Vitamin E, also called “tocopherol,” isn’t just one compound—it’s actually a name used to describe eight chemical forms of fat-soluble compounds found in nature.
It was discovered in 1922 when researchers gave rats a purified diet devoid of vitamin E. The animals became infertile as a result. When researchers added wheat germ to the diet, the animals became fertile again. The oil-based substance that would become vitamin E was later isolated and called the “anti-sterility” vitamin, though later studies were not able to approve that vitamin E is needed for fertility.
Vitamin E (tocopherols) are needed in skin care, however! They have antioxidants, which can help protect and provide anti-aging effects.
A Little Bit About the Ingredient Itself
Natural vitamin E exists in eight chemical forms: alpha, beta-, gamma-, and delta-tocopherol, and alpha-, beta-, gamma-, and delta-tocotrienol. Alpha-tocopherol is the only form recognized to meet human health requirements so if you’re looking to supplementation, do some research in your chosen brand to make sure that its the right kind.
Vitamin E can be found in nuts like almonds, hazelnuts, and walnuts along with sweet potatoes, avocado, eggs, and greens. Since it is a fat-soluble vitamin, it does need to be absorbed with a fat, which means that people who aren’t absorbing fat, or not eating enough, can develop a vitamin E deficiency, which can cause digestive and urinary system problems over time.
Internal Health Benefits of Vitamin E
Vitamin E is used by the body in a myriad of ways, and they’re all pretty important.
It’s most know for its antioxidant properties help protect cells from the damaging effects of free radicals, which can lead to cardiovascular disease and cancer but vitamin E is also involved in creating red blood cells, which are vital for proper circulation and oxygenation of the organs and tissues.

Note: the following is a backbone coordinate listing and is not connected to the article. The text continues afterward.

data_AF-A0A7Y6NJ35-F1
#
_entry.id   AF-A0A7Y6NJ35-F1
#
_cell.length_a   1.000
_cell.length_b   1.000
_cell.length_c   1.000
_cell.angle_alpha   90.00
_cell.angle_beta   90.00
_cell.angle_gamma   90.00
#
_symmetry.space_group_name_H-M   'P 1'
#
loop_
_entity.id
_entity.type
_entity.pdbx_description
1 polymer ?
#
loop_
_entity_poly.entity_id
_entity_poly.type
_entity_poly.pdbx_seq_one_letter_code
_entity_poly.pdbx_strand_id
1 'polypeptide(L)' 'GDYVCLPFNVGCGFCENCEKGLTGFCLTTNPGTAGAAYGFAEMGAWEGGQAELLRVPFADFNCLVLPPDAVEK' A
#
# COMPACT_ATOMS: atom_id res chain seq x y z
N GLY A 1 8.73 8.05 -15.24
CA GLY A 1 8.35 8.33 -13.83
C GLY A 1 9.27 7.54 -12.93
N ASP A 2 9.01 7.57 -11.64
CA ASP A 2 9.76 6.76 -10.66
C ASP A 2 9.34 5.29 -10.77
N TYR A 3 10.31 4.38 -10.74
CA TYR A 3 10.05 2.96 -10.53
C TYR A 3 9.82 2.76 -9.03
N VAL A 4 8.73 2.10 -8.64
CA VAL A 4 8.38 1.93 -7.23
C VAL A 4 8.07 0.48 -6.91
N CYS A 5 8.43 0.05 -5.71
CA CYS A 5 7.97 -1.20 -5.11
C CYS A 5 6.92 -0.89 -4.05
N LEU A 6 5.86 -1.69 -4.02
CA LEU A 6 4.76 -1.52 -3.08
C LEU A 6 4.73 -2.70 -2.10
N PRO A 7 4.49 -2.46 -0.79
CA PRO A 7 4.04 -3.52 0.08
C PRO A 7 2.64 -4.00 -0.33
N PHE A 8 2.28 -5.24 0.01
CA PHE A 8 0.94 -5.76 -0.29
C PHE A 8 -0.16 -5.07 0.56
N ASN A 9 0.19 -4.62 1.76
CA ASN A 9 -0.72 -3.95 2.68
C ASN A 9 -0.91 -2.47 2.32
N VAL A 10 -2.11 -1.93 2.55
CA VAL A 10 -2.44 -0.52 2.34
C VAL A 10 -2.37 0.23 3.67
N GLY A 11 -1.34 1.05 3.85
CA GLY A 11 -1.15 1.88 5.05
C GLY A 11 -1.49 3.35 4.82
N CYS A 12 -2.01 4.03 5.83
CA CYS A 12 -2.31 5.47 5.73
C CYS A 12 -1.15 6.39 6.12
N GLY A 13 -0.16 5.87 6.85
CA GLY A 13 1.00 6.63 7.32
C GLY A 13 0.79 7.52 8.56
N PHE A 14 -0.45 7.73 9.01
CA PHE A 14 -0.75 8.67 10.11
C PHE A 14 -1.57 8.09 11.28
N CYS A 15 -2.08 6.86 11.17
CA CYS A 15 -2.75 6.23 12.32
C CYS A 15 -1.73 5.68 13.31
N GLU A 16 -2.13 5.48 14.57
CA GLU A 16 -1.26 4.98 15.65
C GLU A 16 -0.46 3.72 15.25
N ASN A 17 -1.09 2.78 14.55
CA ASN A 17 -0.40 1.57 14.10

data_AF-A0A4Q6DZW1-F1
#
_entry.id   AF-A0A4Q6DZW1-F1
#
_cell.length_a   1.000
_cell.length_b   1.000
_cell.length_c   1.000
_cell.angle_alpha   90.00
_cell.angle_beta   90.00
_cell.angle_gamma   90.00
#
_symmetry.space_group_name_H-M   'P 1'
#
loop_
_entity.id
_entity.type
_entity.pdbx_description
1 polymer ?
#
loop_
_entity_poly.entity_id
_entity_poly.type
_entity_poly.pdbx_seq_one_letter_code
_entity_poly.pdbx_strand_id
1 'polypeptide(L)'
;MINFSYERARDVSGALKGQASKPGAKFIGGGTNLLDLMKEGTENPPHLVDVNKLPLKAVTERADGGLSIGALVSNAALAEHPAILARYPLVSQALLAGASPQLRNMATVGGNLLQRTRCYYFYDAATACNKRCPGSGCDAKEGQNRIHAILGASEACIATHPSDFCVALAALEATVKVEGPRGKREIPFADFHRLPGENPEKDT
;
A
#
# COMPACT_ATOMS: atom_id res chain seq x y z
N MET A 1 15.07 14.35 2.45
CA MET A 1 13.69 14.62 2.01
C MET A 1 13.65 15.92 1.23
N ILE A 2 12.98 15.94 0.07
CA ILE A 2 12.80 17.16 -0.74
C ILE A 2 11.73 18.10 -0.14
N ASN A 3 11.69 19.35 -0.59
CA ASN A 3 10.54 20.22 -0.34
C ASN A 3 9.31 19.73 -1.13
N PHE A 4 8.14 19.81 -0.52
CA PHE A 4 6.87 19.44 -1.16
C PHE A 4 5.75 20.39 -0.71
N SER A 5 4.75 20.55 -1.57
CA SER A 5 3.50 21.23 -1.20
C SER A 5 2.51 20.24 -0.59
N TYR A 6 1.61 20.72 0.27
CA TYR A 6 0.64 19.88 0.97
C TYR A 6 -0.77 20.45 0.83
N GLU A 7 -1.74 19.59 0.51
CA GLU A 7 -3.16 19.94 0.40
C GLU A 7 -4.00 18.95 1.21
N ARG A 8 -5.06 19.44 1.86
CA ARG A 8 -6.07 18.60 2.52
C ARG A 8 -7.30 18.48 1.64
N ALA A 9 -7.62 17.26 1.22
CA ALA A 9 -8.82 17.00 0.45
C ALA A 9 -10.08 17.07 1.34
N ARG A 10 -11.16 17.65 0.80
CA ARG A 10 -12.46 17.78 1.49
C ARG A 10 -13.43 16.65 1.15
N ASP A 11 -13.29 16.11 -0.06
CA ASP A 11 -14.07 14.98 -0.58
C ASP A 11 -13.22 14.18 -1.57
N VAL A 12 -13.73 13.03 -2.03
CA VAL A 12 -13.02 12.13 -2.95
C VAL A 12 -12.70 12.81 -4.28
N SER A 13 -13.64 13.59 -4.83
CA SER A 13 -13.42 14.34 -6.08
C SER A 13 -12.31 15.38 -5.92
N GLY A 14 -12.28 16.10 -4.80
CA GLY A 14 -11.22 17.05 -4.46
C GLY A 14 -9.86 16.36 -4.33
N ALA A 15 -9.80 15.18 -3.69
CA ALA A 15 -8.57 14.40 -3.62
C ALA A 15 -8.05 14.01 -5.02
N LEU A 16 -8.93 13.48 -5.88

Vitamin E is known to protect artery walls and keep “bad” LDL cholesterol from sticking and creating artery narrowing. It’s also important in protecting the health of nerves, and in preventing mental degeneration due to aging. Some studies have indicated that vitamin E supplements may help reduce the risk of developing macular degeneration and cataracts.
Vitamin E’s Benefits to the Skin
Topically, it’s the powerful antioxidants that pull us to vitamin E. They protect the skin from environmental stressors like pollution and UV. Tocopherols also help tighten and firm the look of skin which makes vitamin E the perfect addition to any anti-aging formula.
Vitamin E has a long reputation as an effective moisturizer. Vitamin E is a thick oil and it works wonders to replace a night cream. You’ll want to add it to your favorite carrier oil—maybe with a drop or two of lavender essential oil to help calm yourself into a deep sleep—just because applying any sort of concentration can be a lot for the skin to handle all at once (nature creates synergistic blends and we are, after all, part of nature).
Vitamin E also makes a great natural preservative in skin care, so you’ll see it a lot in products. FDA labeling requirements prohibit the use of the word “vitamin” on cosmetic labels so if you’re looking for vitamin E in your skin care, look for the term “tocopherol.” Also consider the brand that you’re using, and maybe reach out to the company and ask about their vitamin E sourcing. There are a lot of ways to make vitamin E and many of those are synthetic.
We think its important to source the most natural vitamin E possible so we work with a company that supplies vitamin E sourced from 100% from plants. We use them in a few of our favorite skin care products, particularly those that are likely to stay on your skin and help protect. Use these daily and you’re likely to see your skin become more resilient, moisturized, and youthful looking.
- Coconut Body & Face Oil
- Anti-Aging Serum
- Anti-Aging Facial Oil
- Herbal Facial Oil for Normal and Combination Skin
- Herbal Facial Oil for Oily Skin
- Radiant Skin Silk Body Lotion
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Alexander J. Michels, “Vitamin E and Skin Health,” Linus Pauling Institute, Oregon State University, February 2012, http://lpi.oregonstate.edu/infocenter/skin/vitaminE/index.html.